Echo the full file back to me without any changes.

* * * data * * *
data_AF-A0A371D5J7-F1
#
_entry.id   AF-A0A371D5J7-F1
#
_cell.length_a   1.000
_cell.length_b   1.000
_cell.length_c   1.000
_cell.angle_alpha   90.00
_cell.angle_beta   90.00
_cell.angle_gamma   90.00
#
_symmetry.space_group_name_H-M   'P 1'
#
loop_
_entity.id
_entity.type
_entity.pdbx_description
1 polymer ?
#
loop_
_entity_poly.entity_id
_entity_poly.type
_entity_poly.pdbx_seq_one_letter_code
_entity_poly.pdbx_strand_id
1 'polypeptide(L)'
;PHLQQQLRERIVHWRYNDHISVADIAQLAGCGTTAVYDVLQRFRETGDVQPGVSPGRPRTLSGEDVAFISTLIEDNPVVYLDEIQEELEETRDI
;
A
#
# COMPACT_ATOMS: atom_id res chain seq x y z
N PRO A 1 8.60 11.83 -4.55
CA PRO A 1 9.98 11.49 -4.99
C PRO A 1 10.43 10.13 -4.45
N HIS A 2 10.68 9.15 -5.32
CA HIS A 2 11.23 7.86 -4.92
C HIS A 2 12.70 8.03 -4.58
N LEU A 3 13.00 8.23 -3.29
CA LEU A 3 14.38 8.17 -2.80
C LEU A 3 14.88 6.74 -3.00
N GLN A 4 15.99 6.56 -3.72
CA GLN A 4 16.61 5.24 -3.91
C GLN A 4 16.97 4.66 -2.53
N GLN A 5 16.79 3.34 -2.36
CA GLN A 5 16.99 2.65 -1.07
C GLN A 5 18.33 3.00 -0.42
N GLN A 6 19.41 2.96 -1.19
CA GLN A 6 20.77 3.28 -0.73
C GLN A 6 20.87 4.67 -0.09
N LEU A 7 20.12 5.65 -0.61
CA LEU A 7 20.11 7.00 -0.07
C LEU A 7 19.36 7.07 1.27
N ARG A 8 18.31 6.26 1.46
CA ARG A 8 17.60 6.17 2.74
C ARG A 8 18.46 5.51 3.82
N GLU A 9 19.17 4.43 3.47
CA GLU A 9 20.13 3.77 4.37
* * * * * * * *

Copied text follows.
data_AF-A0A371D5J7-F1
#
_entry.id   AF-A0A371D5J7-F1
#
_cell.length_a   1.000
_cell.length_b   1.000
_cell.length_c   1.000
_cell.angle_alpha   90.00
_cell.angle_beta   90.00
_cell.angle_gamma   90.00
#
_symmetry.space_group_name_H-M   'P 1'
#
loop_
_entity.id
_entity.type
_entity.pdbx_description
1 polymer ?
#
loop_
_entity_poly.entity_id
_entity_poly.type
_entity_poly.pdbx_seq_one_letter_code
_entity_poly.pdbx_strand_id
1 'polypeptide(L)'
;PHLQQQLRERIVHWRYNDHISVADIAQLAGCGTTAVYDVLQRFRETGDVQPGVSPGRPRTLSGEDVAFISTLIEDNPVVYLDEIQEELEETRDI
;
A
#
# COMPACT_ATOMS: atom_id res chain seq x y z
N PRO A 1 8.60 11.83 -4.55
CA PRO A 1 9.98 11.49 -4.99
C PRO A 1 10.43 10.13 -4.45
N HIS A 2 10.68 9.15 -5.32
CA HIS A 2 11.23 7.86 -4.92
C HIS A 2 12.70 8.03 -4.58
N LEU A 3 13.00 8.23 -3.29
CA LEU A 3 14.38 8.17 -2.80
C LEU A 3 14.88 6.74 -3.00
N GLN A 4 15.99 6.56 -3.72
CA GLN A 4 16.61 5.24 -3.91
C GLN A 4 16.97 4.66 -2.53
N GLN A 5 16.79 3.34 -2.36
CA GLN A 5 16.99 2.65 -1.07
C GLN A 5 18.33 3.00 -0.42
N GLN A 6 19.41 2.96 -1.19
CA GLN A 6 20.77 3.28 -0.73
C GLN A 6 20.87 4.67 -0.09
N LEU A 7 20.12 5.65 -0.61
CA LEU A 7 20.11 7.00 -0.07
C LEU A 7 19.36 7.07 1.27
N ARG A 8 18.31 6.26 1.46
CA ARG A 8 17.60 6.17 2.74
C ARG A 8 18.46 5.51 3.82
N GLU A 9 19.17 4.43 3.47
CA GLU A 9 20.13 3.77 4.37